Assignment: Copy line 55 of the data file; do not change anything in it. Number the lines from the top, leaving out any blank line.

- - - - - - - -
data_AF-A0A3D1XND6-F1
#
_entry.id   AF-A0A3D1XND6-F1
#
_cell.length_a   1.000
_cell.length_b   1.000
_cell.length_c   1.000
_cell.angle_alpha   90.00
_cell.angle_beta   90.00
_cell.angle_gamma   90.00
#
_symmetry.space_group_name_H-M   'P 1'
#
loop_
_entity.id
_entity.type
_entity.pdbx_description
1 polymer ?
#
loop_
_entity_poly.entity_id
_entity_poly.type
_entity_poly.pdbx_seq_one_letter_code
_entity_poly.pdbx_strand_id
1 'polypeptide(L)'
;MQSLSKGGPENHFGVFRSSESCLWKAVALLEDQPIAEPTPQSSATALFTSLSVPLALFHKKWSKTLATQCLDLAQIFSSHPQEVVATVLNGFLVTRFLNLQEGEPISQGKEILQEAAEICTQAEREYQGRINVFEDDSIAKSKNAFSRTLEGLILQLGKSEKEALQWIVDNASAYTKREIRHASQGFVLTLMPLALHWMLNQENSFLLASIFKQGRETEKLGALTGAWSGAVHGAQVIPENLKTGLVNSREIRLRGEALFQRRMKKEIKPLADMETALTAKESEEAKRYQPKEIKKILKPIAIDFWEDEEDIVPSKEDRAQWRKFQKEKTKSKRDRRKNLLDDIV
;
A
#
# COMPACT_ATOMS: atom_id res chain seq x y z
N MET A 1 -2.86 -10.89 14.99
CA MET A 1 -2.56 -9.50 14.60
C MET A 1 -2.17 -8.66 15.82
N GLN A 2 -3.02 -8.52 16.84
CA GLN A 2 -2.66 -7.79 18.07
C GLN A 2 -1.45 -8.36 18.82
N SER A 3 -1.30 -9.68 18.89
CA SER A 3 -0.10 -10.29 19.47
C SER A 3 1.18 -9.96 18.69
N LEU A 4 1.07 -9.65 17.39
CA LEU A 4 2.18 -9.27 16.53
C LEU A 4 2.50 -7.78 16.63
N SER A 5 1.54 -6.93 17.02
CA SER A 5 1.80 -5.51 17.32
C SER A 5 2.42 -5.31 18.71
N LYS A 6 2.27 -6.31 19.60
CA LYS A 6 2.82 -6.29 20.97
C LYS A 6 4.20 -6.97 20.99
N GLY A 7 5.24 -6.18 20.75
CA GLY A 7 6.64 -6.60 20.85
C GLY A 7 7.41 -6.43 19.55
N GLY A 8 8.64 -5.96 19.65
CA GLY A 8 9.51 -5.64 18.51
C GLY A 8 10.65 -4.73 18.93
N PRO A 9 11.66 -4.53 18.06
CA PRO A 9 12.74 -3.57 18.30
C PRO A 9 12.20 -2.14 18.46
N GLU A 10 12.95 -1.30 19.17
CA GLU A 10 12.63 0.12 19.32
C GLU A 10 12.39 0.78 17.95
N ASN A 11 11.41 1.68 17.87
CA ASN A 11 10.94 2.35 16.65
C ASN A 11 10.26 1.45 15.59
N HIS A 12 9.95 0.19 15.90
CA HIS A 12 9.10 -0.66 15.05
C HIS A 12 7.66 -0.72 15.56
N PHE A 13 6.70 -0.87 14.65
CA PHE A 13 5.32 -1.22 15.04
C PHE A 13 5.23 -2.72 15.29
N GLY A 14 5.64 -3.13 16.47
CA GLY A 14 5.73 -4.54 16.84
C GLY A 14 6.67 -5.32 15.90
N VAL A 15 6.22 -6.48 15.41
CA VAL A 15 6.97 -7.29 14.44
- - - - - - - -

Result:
N PRO A 9 11.66 -4.53 18.06